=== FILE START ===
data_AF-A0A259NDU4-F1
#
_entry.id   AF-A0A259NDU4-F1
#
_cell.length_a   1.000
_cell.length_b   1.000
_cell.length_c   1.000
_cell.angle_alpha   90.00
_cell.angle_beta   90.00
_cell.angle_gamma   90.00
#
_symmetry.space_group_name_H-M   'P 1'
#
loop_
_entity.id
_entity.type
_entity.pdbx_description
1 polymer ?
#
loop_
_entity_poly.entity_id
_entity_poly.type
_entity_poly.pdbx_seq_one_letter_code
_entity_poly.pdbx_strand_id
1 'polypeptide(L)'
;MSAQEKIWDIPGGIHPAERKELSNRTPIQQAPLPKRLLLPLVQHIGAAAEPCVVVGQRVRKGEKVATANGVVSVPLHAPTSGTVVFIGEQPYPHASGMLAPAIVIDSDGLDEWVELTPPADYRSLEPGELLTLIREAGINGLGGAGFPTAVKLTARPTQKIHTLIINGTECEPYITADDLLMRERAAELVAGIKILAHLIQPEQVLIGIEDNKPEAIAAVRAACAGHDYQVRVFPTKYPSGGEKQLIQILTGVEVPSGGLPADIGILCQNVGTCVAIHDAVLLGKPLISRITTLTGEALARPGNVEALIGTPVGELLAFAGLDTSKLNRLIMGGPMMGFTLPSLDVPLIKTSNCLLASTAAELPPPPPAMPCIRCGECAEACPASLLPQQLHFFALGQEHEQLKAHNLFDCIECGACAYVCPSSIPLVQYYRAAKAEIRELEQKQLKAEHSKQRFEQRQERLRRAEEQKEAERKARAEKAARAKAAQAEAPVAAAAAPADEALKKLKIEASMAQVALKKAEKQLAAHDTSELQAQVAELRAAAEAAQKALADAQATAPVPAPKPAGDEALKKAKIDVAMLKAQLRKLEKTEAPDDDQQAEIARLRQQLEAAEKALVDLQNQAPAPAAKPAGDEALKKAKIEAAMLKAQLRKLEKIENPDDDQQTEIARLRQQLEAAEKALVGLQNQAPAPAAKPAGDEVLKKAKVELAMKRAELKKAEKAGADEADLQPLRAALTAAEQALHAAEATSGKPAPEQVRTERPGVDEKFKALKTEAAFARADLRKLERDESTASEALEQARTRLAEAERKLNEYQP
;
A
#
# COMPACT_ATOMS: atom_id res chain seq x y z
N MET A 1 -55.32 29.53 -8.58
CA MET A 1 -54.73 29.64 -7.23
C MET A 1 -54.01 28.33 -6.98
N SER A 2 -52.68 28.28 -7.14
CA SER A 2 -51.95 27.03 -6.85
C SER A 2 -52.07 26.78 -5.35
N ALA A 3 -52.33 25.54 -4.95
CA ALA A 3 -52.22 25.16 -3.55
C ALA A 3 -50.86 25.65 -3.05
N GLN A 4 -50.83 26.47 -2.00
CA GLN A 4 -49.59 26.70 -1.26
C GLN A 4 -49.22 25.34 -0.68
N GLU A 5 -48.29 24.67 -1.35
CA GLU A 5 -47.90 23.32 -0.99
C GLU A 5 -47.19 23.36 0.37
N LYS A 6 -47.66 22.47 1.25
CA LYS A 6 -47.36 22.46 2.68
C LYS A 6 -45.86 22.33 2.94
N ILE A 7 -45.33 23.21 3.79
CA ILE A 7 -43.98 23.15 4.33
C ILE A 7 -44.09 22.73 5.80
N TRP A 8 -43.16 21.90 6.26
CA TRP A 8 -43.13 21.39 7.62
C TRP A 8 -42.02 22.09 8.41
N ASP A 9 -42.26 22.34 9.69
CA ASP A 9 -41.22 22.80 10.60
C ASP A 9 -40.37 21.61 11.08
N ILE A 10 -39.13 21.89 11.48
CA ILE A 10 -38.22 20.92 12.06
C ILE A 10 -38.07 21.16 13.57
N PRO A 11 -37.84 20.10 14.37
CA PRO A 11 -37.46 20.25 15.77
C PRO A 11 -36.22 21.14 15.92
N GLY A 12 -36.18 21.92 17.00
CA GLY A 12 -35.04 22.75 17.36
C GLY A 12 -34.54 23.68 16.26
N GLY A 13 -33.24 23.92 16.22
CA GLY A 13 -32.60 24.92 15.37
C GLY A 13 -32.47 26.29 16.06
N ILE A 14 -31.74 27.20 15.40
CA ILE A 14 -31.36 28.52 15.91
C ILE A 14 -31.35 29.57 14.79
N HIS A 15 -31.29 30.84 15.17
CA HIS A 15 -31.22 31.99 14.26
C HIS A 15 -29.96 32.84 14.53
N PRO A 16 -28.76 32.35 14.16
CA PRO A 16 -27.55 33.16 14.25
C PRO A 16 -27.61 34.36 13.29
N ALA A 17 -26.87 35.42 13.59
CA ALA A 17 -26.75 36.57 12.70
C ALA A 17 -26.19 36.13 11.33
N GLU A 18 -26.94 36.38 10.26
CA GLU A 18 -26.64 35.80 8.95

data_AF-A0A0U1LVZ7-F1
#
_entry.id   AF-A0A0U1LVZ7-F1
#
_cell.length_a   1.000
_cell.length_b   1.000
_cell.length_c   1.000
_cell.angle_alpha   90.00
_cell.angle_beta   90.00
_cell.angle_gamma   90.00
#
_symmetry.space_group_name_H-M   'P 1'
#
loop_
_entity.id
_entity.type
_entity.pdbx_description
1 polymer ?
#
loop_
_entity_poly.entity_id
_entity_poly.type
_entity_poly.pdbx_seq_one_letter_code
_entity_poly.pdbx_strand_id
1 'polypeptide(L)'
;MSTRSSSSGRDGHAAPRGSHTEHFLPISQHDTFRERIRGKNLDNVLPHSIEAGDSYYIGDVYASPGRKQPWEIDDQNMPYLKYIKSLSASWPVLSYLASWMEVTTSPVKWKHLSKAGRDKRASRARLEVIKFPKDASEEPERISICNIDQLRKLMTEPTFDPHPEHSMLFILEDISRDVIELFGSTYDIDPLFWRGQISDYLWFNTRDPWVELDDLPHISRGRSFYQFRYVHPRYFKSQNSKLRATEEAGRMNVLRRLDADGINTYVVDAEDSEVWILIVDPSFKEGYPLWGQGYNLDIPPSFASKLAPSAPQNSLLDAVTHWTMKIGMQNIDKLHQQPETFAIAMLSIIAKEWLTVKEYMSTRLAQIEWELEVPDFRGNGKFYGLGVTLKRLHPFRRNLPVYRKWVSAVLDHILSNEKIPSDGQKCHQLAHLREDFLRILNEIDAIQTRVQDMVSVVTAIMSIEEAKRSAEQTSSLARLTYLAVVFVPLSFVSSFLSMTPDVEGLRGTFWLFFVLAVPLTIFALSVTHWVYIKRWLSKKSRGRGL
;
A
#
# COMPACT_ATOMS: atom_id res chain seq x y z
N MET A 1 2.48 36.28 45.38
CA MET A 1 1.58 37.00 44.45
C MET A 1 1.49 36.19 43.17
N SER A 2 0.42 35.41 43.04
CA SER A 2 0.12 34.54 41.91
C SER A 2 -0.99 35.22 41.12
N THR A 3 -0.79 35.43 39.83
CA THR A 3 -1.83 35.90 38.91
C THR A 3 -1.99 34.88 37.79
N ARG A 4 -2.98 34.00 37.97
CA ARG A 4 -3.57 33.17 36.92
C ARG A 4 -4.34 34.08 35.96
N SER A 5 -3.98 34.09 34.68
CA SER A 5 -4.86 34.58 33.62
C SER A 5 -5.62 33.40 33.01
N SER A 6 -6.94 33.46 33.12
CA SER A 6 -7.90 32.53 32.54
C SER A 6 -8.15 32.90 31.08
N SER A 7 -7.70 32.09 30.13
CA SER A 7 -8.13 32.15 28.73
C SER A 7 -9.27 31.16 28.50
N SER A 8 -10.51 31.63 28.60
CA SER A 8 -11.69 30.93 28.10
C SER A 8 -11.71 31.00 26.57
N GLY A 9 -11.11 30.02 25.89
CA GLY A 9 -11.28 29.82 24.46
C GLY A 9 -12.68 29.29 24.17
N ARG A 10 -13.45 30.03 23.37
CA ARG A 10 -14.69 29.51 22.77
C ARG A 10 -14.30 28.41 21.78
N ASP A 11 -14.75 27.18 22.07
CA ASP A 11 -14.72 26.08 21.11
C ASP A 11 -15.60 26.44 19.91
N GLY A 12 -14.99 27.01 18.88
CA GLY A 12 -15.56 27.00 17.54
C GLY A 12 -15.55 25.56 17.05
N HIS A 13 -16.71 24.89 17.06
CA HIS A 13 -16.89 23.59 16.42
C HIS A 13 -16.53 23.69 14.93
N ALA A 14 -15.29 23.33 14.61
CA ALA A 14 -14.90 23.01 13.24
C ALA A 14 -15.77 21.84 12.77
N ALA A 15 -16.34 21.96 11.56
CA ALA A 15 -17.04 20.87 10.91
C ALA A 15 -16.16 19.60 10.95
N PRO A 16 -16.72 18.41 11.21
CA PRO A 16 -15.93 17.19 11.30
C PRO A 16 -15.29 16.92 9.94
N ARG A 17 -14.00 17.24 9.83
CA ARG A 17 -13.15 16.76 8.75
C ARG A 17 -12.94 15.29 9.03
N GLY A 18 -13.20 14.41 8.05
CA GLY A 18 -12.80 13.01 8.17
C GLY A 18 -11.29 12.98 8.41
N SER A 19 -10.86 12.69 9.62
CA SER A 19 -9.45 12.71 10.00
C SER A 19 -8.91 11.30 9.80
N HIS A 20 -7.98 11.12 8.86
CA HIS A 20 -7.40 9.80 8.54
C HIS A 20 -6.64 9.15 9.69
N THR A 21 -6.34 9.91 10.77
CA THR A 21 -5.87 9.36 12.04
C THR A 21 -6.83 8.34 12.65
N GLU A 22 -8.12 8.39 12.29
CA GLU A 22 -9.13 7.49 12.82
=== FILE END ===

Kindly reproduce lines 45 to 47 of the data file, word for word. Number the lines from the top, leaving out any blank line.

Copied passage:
C GLU A 5 -47.19 23.36 0.37
N LYS A 6 -47.66 22.47 1.25
CA LYS A 6 -47.36 22.46 2.68